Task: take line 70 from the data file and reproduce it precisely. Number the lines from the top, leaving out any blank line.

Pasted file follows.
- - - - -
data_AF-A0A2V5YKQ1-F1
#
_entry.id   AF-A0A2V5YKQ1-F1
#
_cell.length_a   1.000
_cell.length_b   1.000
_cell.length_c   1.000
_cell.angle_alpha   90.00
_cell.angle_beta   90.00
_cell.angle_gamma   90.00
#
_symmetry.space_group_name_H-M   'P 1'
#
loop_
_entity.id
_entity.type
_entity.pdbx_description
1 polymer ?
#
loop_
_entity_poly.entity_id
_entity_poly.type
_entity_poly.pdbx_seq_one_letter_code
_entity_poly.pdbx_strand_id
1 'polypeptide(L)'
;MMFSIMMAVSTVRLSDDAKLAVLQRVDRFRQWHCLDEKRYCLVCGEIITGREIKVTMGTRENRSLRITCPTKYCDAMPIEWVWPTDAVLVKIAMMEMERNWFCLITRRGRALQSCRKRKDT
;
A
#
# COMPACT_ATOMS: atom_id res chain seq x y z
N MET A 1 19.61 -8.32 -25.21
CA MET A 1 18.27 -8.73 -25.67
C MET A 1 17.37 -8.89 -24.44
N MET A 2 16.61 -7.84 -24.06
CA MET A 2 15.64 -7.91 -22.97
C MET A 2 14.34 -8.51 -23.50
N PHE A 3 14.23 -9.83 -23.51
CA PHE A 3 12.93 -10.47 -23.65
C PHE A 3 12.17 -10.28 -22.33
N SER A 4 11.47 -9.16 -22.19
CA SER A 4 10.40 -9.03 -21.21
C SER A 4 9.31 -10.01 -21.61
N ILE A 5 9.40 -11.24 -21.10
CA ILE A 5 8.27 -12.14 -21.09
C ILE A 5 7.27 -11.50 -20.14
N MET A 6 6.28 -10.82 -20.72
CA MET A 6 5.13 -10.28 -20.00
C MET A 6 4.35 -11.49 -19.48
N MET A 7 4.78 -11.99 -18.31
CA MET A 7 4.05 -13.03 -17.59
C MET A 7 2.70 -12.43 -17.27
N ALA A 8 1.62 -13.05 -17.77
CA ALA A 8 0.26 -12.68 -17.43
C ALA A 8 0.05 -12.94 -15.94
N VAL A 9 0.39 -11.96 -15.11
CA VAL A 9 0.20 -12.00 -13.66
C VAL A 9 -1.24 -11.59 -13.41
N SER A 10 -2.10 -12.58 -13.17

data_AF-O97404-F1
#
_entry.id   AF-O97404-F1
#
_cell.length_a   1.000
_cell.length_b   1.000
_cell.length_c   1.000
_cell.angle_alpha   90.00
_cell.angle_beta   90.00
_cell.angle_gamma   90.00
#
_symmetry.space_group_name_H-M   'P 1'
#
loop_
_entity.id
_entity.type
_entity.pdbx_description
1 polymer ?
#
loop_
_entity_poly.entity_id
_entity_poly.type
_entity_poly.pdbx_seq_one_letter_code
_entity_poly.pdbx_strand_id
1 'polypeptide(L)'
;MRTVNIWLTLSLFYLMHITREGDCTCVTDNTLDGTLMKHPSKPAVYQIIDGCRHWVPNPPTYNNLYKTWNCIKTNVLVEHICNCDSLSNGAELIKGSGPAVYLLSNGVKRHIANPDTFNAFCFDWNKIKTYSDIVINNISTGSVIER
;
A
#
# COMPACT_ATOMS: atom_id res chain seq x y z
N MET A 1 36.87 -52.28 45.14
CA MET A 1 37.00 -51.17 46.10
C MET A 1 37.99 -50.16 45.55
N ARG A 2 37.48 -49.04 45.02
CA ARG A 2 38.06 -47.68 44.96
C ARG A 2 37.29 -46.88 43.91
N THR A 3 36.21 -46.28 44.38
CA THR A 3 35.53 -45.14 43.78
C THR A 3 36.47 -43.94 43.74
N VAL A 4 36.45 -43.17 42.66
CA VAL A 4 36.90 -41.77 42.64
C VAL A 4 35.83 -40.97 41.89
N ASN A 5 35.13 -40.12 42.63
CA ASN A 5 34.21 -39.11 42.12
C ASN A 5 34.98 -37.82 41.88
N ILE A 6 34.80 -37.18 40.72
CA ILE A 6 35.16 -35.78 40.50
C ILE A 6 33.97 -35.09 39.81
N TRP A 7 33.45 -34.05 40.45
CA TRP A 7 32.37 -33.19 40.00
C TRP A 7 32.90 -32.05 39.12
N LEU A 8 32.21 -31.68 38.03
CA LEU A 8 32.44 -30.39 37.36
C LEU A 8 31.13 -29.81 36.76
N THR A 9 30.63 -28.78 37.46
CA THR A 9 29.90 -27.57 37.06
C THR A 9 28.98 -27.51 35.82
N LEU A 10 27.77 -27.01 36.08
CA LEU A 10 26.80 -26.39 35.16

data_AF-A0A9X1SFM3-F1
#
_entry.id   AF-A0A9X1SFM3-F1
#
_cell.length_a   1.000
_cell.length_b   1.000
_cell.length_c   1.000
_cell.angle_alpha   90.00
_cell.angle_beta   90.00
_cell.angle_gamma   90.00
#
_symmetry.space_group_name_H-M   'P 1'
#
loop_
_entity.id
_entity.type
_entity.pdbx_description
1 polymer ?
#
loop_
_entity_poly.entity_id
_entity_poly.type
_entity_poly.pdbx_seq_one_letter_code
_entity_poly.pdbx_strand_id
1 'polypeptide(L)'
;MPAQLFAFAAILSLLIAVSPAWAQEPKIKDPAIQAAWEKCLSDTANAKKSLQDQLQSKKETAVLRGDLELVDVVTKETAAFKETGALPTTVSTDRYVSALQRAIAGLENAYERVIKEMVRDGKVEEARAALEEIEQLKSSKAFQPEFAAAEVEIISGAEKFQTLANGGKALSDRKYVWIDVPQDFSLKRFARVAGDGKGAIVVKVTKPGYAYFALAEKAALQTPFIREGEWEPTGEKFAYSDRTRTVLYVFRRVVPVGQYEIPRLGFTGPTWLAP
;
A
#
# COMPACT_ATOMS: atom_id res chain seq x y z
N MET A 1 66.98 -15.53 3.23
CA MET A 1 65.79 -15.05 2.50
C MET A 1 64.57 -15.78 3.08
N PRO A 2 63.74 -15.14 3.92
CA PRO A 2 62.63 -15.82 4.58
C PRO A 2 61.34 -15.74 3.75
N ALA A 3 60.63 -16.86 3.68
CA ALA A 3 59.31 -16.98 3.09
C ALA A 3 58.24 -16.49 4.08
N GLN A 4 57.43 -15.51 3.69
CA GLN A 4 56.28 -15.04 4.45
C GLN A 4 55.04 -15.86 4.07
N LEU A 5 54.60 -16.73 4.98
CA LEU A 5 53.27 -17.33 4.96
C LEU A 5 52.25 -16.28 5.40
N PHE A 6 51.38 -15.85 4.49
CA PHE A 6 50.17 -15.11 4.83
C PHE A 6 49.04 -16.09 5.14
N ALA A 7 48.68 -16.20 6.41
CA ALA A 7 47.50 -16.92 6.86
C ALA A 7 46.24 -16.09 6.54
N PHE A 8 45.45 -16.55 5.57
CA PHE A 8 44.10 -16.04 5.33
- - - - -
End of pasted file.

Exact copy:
_symmetry.space_group_name_H-M   'P 1'